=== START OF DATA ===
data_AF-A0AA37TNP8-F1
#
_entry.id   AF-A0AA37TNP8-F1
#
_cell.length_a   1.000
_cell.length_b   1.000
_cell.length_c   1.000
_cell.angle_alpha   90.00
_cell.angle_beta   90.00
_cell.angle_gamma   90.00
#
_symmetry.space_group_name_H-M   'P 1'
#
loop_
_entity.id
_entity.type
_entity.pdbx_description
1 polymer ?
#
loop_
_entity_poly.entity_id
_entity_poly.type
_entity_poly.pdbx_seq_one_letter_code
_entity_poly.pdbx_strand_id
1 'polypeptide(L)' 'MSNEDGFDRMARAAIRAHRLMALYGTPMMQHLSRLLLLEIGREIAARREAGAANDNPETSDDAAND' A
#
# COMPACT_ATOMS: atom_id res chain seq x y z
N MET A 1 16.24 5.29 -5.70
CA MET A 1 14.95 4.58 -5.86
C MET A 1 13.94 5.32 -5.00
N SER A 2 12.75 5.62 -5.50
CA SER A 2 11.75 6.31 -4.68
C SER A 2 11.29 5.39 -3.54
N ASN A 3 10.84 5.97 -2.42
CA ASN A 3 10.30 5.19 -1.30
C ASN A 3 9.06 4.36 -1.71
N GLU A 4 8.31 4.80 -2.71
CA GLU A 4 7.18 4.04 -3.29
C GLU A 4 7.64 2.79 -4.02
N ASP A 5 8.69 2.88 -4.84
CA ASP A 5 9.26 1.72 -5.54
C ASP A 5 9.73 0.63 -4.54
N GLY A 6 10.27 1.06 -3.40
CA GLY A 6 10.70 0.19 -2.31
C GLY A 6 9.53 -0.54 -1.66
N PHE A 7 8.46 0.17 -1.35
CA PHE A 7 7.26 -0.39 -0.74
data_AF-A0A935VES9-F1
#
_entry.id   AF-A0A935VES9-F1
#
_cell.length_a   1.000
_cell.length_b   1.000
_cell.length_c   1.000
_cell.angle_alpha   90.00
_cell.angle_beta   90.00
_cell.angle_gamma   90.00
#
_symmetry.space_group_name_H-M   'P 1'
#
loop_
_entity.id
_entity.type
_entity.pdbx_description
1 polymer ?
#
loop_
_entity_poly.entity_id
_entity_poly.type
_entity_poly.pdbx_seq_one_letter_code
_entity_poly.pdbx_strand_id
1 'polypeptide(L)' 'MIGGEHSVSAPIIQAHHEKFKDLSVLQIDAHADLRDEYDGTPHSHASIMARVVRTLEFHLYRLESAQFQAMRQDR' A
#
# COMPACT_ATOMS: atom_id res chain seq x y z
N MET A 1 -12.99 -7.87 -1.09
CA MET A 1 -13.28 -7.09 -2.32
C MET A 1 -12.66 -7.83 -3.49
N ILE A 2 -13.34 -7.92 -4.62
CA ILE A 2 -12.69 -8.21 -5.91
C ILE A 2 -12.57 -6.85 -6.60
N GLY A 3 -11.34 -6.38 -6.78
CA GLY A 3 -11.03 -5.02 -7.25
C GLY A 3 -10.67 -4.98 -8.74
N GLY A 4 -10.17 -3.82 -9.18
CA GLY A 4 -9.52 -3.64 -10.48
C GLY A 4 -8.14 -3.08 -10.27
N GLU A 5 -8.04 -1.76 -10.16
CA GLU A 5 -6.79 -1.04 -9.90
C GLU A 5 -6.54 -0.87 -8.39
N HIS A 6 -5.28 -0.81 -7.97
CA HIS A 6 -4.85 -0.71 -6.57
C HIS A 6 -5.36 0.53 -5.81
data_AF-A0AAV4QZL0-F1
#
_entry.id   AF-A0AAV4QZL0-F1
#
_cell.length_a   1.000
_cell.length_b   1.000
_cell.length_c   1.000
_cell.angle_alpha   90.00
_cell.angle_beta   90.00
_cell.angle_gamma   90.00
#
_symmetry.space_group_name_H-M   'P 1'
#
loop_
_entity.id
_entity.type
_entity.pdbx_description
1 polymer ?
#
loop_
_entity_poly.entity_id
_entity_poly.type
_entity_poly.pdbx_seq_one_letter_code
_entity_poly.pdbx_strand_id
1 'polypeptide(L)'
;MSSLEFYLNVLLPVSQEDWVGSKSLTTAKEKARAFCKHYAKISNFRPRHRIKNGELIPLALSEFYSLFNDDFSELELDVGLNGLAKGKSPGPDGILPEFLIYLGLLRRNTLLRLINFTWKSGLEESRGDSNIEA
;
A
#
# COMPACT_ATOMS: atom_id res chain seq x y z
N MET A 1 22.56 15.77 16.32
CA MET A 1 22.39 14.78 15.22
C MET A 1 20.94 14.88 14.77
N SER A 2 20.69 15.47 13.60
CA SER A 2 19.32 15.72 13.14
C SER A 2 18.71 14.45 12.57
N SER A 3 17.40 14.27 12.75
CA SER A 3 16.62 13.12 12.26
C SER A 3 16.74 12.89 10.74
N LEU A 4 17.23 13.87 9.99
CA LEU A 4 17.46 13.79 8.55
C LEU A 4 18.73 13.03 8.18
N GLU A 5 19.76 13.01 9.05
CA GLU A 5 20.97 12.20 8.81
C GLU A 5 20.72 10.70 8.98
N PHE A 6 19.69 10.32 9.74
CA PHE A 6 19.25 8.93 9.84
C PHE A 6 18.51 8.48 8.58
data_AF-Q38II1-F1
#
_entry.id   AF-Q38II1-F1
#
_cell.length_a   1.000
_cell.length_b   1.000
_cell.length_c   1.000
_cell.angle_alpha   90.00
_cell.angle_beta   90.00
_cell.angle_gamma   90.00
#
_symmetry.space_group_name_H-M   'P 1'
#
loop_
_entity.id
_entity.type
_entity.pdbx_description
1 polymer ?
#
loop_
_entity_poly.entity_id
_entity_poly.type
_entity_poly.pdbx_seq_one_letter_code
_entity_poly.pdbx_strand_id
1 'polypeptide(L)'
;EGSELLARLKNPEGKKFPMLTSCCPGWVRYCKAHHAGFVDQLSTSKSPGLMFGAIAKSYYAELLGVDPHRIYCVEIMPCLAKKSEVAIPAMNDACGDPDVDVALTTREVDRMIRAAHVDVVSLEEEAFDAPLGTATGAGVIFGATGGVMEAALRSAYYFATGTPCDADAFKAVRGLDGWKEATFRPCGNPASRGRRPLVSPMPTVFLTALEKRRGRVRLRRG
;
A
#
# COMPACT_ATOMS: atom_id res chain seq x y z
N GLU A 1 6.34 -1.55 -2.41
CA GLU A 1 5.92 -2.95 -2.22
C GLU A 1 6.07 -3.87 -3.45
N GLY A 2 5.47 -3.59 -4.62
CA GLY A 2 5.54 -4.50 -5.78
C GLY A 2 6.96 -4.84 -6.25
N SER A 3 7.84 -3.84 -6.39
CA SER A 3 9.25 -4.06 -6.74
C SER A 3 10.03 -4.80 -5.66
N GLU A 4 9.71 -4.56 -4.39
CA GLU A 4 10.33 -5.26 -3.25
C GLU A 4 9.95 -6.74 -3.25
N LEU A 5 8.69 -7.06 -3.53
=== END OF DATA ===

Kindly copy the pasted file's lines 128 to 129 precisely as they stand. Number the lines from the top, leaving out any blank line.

C SER A 2 18.71 14.45 12.57
N SER A 3 17.40 14.27 12.75